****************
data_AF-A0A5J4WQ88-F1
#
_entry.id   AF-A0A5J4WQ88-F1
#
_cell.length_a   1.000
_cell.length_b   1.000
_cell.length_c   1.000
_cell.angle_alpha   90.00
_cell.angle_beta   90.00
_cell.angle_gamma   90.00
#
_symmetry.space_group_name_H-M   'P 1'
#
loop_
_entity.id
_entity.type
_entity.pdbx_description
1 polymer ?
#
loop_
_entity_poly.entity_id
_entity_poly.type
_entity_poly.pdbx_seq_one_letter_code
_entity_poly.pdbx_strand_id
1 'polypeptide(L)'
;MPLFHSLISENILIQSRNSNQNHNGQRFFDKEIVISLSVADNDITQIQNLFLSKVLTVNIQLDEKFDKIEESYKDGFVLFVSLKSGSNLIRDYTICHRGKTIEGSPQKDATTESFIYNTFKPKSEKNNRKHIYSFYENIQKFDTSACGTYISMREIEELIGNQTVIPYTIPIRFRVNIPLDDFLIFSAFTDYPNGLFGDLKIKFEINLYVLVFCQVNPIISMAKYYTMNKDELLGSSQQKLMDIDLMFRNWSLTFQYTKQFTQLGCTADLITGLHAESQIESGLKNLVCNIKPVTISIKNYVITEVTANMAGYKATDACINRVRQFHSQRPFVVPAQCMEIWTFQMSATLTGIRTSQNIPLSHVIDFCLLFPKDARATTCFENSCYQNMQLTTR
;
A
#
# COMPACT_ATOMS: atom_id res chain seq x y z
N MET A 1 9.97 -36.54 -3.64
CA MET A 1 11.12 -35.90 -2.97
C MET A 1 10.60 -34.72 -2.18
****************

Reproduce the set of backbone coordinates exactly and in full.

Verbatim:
data_AF-A0A5J4WQ88-F1
#
_entry.id   AF-A0A5J4WQ88-F1
#
_cell.length_a   1.000
_cell.length_b   1.000
_cell.length_c   1.000
_cell.angle_alpha   90.00
_cell.angle_beta   90.00
_cell.angle_gamma   90.00
#
_symmetry.space_group_name_H-M   'P 1'
#
loop_
_entity.id
_entity.type
_entity.pdbx_description
1 polymer ?
#
loop_
_entity_poly.entity_id
_entity_poly.type
_entity_poly.pdbx_seq_one_letter_code
_entity_poly.pdbx_strand_id
1 'polypeptide(L)'
;MPLFHSLISENILIQSRNSNQNHNGQRFFDKEIVISLSVADNDITQIQNLFLSKVLTVNIQLDEKFDKIEESYKDGFVLFVSLKSGSNLIRDYTICHRGKTIEGSPQKDATTESFIYNTFKPKSEKNNRKHIYSFYENIQKFDTSACGTYISMREIEELIGNQTVIPYTIPIRFRVNIPLDDFLIFSAFTDYPNGLFGDLKIKFEINLYVLVFCQVNPIISMAKYYTMNKDELLGSSQQKLMDIDLMFRNWSLTFQYTKQFTQLGCTADLITGLHAESQIESGLKNLVCNIKPVTISIKNYVITEVTANMAGYKATDACINRVRQFHSQRPFVVPAQCMEIWTFQMSATLTGIRTSQNIPLSHVIDFCLLFPKDARATTCFENSCYQNMQLTTR
;
A
#
# COMPACT_ATOMS: atom_id res chain seq x y z
N MET A 1 9.97 -36.54 -3.64
CA MET A 1 11.12 -35.90 -2.97
C MET A 1 10.60 -34.72 -2.18